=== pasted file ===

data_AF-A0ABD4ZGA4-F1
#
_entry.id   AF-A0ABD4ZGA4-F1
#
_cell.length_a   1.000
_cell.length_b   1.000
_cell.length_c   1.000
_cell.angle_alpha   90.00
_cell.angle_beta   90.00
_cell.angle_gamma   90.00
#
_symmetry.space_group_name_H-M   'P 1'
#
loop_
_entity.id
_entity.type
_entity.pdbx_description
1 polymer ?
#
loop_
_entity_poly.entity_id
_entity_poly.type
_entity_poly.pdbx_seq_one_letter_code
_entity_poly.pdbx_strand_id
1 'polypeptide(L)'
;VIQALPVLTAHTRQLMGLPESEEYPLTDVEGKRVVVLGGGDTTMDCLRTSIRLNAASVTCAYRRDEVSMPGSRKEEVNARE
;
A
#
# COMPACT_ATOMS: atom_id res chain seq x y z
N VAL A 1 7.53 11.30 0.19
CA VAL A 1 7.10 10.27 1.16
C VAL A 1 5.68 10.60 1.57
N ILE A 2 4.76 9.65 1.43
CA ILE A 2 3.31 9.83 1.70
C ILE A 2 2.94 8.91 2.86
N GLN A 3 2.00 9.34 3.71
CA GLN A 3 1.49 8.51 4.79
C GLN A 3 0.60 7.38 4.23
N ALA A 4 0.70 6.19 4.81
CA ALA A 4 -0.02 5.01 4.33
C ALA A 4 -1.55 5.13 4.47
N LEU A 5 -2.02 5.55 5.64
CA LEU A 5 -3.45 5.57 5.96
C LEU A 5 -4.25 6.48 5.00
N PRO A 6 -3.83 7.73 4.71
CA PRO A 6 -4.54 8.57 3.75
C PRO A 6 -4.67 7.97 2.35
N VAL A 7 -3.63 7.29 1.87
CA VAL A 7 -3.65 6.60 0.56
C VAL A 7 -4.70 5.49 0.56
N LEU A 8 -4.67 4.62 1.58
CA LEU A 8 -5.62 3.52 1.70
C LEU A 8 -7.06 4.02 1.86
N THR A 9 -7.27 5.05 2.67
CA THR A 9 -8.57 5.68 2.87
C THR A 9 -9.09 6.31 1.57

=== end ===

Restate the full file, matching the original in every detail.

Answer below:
data_AF-A0ABD4ZGA4-F1
#
_entry.id   AF-A0ABD4ZGA4-F1
#
_cell.length_a   1.000
_cell.length_b   1.000
_cell.length_c   1.000
_cell.angle_alpha   90.00
_cell.angle_beta   90.00
_cell.angle_gamma   90.00
#
_symmetry.space_group_name_H-M   'P 1'
#
loop_
_entity.id
_entity.type
_entity.pdbx_description
1 polymer ?
#
loop_
_entity_poly.entity_id
_entity_poly.type
_entity_poly.pdbx_seq_one_letter_code
_entity_poly.pdbx_strand_id
1 'polypeptide(L)'
;VIQALPVLTAHTRQLMGLPESEEYPLTDVEGKRVVVLGGGDTTMDCLRTSIRLNAASVTCAYRRDEVSMPGSRKEEVNARE
;
A
#
# COMPACT_ATOMS: atom_id res chain seq x y z
N VAL A 1 7.53 11.30 0.19
CA VAL A 1 7.10 10.27 1.16
C VAL A 1 5.68 10.60 1.57
N ILE A 2 4.76 9.65 1.43
CA ILE A 2 3.31 9.83 1.70
C ILE A 2 2.94 8.91 2.86
N GLN A 3 2.00 9.34 3.71
CA GLN A 3 1.49 8.51 4.79
C GLN A 3 0.60 7.38 4.23
N ALA A 4 0.70 6.19 4.81
CA ALA A 4 -0.02 5.01 4.33
C ALA A 4 -1.55 5.13 4.47
N LEU A 5 -2.02 5.55 5.64
CA LEU A 5 -3.45 5.57 5.96
C LEU A 5 -4.25 6.48 5.00
N PRO A 6 -3.83 7.73 4.71
CA PRO A 6 -4.54 8.57 3.75
C PRO A 6 -4.67 7.97 2.35
N VAL A 7 -3.63 7.29 1.87
CA VAL A 7 -3.65 6.60 0.56
C VAL A 7 -4.70 5.49 0.56
N LEU A 8 -4.67 4.62 1.58
CA LEU A 8 -5.62 3.52 1.70
C LEU A 8 -7.06 4.02 1.86
N THR A 9 -7.27 5.05 2.67
CA THR A 9 -8.57 5.68 2.87
C THR A 9 -9.09 6.31 1.57